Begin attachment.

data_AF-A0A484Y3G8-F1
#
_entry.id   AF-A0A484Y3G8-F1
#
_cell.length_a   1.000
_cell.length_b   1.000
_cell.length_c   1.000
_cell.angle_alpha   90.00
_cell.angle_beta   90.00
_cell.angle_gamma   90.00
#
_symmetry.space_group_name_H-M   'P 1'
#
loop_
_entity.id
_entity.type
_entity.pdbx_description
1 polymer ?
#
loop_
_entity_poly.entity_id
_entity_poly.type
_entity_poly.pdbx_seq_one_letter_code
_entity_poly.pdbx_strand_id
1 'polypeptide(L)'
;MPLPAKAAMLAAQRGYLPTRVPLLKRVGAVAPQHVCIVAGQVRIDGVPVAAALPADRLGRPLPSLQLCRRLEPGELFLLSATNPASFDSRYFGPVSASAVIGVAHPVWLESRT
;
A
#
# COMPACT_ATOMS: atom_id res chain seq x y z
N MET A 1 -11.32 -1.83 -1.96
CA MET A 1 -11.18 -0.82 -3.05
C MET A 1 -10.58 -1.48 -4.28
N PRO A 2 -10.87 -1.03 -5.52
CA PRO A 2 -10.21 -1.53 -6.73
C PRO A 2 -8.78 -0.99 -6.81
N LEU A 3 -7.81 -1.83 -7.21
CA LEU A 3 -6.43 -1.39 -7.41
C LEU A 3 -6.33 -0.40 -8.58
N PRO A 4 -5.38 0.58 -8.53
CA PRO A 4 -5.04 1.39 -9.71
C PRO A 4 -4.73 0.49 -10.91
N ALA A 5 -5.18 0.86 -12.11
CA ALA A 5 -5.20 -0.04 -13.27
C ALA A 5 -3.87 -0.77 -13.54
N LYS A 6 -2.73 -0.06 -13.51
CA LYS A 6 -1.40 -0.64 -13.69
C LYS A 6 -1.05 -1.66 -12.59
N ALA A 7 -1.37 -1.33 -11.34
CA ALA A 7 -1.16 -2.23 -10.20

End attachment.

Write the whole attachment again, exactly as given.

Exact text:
data_AF-A0A484Y3G8-F1
#
_entry.id   AF-A0A484Y3G8-F1
#
_cell.length_a   1.000
_cell.length_b   1.000
_cell.length_c   1.000
_cell.angle_alpha   90.00
_cell.angle_beta   90.00
_cell.angle_gamma   90.00
#
_symmetry.space_group_name_H-M   'P 1'
#
loop_
_entity.id
_entity.type
_entity.pdbx_description
1 polymer ?
#
loop_
_entity_poly.entity_id
_entity_poly.type
_entity_poly.pdbx_seq_one_letter_code
_entity_poly.pdbx_strand_id
1 'polypeptide(L)'
;MPLPAKAAMLAAQRGYLPTRVPLLKRVGAVAPQHVCIVAGQVRIDGVPVAAALPADRLGRPLPSLQLCRRLEPGELFLLSATNPASFDSRYFGPVSASAVIGVAHPVWLESRT
;
A
#
# COMPACT_ATOMS: atom_id res chain seq x y z
N MET A 1 -11.32 -1.83 -1.96
CA MET A 1 -11.18 -0.82 -3.05
C MET A 1 -10.58 -1.48 -4.28
N PRO A 2 -10.87 -1.03 -5.52
CA PRO A 2 -10.21 -1.53 -6.73
C PRO A 2 -8.78 -0.99 -6.81
N LEU A 3 -7.81 -1.83 -7.21
CA LEU A 3 -6.43 -1.39 -7.41
C LEU A 3 -6.33 -0.40 -8.58
N PRO A 4 -5.38 0.58 -8.53
CA PRO A 4 -5.04 1.39 -9.71
C PRO A 4 -4.73 0.49 -10.91
N ALA A 5 -5.18 0.86 -12.11
CA ALA A 5 -5.20 -0.04 -13.27
C ALA A 5 -3.87 -0.77 -13.54
N LYS A 6 -2.73 -0.06 -13.51
CA LYS A 6 -1.40 -0.64 -13.69
C LYS A 6 -1.05 -1.66 -12.59
N ALA A 7 -1.37 -1.33 -11.34
CA ALA A 7 -1.16 -2.23 -10.20